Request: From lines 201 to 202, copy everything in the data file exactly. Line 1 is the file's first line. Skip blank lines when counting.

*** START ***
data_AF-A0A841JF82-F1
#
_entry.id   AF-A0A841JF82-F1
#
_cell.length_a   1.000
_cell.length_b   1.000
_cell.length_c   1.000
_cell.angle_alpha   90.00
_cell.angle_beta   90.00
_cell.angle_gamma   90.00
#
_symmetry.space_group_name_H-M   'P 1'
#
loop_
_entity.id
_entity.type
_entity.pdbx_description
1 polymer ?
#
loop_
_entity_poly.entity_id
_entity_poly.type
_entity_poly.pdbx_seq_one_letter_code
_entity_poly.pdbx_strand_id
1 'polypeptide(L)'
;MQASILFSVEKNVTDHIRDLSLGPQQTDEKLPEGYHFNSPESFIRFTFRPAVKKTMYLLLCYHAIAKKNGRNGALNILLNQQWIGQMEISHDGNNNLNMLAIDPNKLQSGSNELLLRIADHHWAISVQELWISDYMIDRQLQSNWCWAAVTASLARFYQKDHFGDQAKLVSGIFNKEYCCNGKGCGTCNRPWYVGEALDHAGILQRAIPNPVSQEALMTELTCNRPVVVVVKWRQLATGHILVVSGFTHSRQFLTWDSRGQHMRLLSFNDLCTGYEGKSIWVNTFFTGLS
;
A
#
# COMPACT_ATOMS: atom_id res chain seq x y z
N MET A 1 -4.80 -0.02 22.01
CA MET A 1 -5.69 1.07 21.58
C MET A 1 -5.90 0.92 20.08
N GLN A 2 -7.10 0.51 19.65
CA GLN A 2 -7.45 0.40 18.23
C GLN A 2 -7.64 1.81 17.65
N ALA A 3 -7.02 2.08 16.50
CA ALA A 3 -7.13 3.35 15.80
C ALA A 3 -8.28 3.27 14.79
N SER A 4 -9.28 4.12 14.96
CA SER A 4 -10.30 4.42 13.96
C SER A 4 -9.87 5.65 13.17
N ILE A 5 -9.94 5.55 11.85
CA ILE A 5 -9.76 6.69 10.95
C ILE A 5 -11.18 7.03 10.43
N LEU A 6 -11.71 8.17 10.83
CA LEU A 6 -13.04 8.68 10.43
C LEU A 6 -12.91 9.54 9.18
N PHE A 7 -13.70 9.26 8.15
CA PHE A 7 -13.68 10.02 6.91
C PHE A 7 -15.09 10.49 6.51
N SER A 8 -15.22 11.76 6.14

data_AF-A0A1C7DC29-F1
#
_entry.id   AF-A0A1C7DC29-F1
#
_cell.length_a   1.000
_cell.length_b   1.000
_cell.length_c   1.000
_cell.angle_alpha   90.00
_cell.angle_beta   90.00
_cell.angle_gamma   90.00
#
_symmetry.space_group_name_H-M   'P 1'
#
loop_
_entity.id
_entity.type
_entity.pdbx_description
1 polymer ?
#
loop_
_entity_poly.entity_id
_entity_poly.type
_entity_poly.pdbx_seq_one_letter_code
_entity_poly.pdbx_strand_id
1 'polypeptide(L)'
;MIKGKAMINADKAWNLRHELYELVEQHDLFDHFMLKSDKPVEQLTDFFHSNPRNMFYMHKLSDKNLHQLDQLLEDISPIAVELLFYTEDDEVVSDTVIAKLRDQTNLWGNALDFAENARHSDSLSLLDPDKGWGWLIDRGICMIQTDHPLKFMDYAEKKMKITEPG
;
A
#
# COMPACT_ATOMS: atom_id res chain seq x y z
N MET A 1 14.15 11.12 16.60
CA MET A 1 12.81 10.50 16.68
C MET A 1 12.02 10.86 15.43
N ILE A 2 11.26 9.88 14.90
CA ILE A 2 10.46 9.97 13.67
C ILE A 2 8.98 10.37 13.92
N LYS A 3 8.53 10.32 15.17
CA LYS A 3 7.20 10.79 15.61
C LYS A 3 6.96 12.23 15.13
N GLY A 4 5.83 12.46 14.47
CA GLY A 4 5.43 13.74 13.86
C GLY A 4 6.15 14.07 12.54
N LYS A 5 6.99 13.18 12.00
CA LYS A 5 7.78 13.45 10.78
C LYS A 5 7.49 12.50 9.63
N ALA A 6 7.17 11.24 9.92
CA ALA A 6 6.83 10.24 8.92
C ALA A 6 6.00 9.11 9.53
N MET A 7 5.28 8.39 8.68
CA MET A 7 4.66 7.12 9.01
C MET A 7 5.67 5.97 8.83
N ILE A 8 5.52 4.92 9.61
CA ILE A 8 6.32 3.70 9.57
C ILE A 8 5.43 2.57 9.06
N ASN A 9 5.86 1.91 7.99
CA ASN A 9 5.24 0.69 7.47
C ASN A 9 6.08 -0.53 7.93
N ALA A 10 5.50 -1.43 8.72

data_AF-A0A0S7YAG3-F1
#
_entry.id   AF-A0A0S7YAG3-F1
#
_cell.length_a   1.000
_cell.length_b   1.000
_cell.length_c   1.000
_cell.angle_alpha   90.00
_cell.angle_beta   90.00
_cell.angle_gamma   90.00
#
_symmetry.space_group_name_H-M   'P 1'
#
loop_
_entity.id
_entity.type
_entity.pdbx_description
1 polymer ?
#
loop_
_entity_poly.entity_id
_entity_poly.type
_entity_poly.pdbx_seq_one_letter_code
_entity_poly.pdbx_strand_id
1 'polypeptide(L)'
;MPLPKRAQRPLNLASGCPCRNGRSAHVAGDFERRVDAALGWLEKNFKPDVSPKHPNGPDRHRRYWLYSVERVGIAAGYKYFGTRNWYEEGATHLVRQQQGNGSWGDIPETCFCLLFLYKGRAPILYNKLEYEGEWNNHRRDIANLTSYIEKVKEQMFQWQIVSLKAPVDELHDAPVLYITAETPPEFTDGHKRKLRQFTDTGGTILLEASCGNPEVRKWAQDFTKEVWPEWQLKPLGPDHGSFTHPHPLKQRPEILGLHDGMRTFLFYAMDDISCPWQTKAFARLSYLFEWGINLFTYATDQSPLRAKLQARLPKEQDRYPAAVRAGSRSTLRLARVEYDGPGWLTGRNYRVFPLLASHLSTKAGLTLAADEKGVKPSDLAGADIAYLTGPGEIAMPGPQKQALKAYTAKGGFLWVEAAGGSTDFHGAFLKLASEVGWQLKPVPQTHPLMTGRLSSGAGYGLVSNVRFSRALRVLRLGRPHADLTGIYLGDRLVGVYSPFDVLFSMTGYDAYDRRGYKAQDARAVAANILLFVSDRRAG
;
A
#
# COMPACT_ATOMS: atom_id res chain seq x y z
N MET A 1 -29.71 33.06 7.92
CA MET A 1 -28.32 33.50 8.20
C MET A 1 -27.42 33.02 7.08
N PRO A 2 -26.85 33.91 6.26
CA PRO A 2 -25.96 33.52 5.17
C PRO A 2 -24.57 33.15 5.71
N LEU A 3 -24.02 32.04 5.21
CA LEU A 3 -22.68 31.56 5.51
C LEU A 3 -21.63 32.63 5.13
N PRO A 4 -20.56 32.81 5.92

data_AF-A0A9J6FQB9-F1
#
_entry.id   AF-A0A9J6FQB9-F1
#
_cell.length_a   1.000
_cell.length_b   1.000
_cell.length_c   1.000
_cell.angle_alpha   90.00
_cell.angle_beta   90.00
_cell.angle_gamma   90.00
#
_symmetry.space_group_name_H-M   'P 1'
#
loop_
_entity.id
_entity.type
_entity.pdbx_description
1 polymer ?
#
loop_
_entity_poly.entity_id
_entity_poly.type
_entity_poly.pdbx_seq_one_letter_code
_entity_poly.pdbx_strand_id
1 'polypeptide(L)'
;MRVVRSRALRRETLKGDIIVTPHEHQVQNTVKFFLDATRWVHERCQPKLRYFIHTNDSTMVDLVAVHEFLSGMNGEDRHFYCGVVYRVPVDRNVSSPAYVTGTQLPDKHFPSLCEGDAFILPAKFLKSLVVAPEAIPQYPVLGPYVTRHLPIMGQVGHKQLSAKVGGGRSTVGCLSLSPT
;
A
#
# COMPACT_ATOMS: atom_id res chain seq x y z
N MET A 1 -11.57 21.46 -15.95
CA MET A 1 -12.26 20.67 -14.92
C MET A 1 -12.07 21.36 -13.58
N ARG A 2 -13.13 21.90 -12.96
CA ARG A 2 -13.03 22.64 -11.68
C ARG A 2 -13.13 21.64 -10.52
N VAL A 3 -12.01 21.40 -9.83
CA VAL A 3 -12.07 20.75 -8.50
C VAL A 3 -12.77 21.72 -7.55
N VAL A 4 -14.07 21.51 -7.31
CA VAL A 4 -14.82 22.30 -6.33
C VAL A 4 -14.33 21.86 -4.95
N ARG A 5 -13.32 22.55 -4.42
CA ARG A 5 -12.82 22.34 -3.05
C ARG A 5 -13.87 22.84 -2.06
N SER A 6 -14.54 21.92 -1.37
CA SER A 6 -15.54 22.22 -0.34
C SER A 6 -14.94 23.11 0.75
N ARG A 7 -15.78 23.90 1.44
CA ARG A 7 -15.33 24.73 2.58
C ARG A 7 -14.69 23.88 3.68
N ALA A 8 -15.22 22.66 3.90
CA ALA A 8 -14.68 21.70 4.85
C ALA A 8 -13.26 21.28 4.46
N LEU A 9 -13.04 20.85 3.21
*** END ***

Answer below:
C ARG A 7 -14.69 23.88 3.68
N ALA A 8 -15.22 22.66 3.90